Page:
Insights / Research / The Regeneration Game: Are programme reboots a good strategy?

The Regeneration Game: Are programme reboots a good strategy?

Research / 27th April 2018

There appears to be a trend at present in commissioning reboots of popular shows from days gone by. The Generation Game recently experienced its revival on BBC 1 and Who Wants to be a Millionaire will soon be back as part of ITV’s primetime schedule, in both instances with new hosts at the helm.

However, a review of the ratings for various returning series shows that a wave of nostalgia does not always guarantee that the shows will return to their former glory in terms of ratings. In fact, many of these shows had been axed previously as ratings began to dwindle.

Nonetheless, in this blog post we will suggest that there is in fact a place for the rebooted show, but it just may not be back where it came from. Alongside these rebooted programmes on BBC1 and ITV there has been a wave of rebooted programmes that have found new homes on either smaller terrestrial channels or on digital channels. The ratings suggest that this is where the reboot comes into its own and can prove to be a very effective strategy.

One of the most revered success stories in this area of late has been Love Island on ITV2, which has become a cultural phenomenon of sorts, perhaps even outdoing its predecessor on ITV.  However, Love Island is somewhat of an anomaly in the sense that it achieved relatively modest ratings back in 2015, but having found a more suitable home on ITV2 it has since grown into a giant of the channel’s schedule by attracting vast quantities of young viewers, many of whom would not remember the 2005 celebrity version on ITV’s main channel.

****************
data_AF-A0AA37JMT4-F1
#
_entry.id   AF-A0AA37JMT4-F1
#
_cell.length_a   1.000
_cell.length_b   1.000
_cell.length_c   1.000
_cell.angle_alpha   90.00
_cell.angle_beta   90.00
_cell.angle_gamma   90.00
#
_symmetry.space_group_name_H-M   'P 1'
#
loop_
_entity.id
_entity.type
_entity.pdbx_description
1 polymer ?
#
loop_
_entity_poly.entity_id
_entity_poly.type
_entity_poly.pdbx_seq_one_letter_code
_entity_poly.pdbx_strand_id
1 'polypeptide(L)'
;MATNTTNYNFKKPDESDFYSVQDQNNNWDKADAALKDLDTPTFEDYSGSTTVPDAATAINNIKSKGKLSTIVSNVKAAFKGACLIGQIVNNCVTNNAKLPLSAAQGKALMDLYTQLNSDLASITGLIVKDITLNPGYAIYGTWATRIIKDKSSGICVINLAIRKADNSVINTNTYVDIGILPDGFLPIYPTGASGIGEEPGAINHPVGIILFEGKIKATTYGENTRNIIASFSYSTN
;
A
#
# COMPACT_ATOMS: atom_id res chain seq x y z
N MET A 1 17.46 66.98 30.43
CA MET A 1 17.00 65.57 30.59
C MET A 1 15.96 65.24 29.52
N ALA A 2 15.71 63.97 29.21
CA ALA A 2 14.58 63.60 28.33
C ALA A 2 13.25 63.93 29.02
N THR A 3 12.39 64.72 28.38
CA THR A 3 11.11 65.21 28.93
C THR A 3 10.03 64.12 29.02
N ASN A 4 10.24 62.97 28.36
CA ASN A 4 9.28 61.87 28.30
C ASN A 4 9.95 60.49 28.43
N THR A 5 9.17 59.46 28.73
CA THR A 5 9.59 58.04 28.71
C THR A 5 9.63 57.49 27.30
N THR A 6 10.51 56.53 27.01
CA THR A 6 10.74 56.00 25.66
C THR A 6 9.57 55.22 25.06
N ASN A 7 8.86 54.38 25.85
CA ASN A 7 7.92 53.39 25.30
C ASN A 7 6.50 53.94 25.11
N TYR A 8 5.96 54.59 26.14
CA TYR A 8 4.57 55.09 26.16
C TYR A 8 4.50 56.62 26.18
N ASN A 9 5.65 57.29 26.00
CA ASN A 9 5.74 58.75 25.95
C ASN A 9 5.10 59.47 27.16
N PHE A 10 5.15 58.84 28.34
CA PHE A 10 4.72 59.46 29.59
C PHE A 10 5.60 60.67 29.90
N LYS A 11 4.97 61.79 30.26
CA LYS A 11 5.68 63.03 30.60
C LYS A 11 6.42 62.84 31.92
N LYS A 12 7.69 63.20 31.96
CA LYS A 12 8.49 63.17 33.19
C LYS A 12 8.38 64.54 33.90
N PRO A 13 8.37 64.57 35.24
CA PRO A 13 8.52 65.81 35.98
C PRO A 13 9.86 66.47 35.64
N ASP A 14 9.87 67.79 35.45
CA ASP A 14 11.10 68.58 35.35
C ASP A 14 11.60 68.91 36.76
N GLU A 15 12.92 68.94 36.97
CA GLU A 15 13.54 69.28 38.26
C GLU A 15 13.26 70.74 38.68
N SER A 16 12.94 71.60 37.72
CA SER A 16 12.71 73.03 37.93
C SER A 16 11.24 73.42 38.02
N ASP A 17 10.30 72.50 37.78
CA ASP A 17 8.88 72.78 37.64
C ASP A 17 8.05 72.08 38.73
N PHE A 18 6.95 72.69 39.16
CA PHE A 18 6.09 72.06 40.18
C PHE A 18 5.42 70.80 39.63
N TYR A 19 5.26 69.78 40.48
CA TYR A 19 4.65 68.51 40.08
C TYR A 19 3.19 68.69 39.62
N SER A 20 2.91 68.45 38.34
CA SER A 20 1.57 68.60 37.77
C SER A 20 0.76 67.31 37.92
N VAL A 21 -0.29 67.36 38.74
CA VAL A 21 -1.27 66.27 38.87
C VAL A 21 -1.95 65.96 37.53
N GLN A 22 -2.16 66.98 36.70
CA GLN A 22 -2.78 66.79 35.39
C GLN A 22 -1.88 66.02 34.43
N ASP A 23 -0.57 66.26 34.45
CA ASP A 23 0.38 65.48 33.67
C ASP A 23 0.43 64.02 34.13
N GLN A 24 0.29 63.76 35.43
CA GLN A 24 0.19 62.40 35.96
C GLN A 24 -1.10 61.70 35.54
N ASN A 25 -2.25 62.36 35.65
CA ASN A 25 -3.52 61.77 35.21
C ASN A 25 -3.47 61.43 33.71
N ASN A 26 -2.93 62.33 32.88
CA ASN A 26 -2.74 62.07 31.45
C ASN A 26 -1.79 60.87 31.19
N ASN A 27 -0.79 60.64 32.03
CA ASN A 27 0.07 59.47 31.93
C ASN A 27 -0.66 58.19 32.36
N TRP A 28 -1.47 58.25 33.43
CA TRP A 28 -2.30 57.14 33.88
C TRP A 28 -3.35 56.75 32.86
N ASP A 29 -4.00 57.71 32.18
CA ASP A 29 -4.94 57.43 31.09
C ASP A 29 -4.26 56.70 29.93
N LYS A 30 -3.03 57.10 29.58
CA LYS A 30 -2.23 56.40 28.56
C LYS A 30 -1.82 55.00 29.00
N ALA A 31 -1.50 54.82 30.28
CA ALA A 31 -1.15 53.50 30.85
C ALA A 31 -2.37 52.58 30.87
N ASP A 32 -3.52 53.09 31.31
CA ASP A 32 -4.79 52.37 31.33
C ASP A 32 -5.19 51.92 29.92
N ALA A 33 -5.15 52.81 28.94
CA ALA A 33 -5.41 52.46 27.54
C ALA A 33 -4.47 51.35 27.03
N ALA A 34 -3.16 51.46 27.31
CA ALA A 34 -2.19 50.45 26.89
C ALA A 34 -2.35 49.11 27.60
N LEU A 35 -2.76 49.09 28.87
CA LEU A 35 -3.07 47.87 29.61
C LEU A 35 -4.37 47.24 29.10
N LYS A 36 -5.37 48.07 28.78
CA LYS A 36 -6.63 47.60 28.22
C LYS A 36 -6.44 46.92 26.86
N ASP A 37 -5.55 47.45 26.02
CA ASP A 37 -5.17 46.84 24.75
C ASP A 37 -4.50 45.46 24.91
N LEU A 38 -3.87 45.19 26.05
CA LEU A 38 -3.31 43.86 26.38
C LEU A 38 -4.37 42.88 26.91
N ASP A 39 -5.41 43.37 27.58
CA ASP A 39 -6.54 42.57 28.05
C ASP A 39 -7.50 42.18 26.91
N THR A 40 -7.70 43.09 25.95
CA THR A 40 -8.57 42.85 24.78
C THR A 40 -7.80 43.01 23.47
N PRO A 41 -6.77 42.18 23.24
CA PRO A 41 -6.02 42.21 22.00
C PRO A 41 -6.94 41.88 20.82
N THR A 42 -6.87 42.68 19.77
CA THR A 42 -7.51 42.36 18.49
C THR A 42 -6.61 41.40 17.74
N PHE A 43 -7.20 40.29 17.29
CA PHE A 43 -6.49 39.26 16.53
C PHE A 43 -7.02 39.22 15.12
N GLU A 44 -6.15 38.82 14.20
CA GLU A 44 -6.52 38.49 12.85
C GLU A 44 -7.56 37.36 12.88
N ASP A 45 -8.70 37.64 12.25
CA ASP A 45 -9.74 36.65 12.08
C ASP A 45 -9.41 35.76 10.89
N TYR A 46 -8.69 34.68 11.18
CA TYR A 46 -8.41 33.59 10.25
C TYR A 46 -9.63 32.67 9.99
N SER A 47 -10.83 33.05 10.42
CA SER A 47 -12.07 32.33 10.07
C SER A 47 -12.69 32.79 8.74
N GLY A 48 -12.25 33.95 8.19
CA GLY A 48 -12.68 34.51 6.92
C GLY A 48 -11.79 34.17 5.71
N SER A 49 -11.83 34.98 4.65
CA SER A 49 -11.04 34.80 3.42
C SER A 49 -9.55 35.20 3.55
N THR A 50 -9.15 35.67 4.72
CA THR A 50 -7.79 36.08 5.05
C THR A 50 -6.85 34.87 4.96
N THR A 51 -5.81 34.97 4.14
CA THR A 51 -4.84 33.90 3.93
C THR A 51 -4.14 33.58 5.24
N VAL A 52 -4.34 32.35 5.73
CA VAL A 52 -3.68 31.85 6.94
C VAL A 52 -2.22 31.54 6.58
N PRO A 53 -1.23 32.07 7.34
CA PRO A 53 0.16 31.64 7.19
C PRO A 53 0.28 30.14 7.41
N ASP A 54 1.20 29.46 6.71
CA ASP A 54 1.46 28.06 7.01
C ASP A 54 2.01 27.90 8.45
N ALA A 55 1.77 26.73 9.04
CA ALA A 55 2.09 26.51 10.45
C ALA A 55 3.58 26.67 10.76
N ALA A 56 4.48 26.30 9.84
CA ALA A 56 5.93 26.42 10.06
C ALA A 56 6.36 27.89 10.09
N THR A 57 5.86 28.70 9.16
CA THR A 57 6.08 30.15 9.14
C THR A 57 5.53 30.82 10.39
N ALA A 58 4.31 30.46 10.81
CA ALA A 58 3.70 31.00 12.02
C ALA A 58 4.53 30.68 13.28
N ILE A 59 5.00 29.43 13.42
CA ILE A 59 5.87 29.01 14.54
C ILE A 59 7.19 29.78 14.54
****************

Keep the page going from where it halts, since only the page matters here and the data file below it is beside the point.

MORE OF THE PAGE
Instead the pattern one would expect to see for a rebooted programme would be with its most significant viewing to episode 1 as curious viewers tune in to experience the return of one of their old favourites, and so is the case for all other rebooted programmes that we have case studied as part of this blog post.

We have provided examples based on two very different programme genres.

Weekend Entertainment

Let’s start with this year’s reboot of The Generation Game. The return of the programme lasted only two episodes, having been reduced from the originally planned four episode run. Reviews for the programme were mixed at best and the ratings from episode 1 to 2 have reflected this.

The chart below displays the programmes performance over the short run, with episode 1 performing above the BBC1 primetime weekend average and way above the performance of the final series of the Jim Davidson era back in 2002. However by episode 2 this level had dropped below primetime average and close to the level at which the programme’s run was originally ended.

Compare this to Blind Date, which is another reboot of a popular 90’s entertainment show. In this case the show has been rebooted onto the Channel 5 Saturday night schedule, having previously been a popular mainstay of the ITV Saturday night line-up,  and has since proven to be a success in terms of ratings. It would not be expected on Channel 5 to achieve the levels it did on ITV, and so it has proved, however, the programme performs well in the context of Channel 5’s primetime schedule.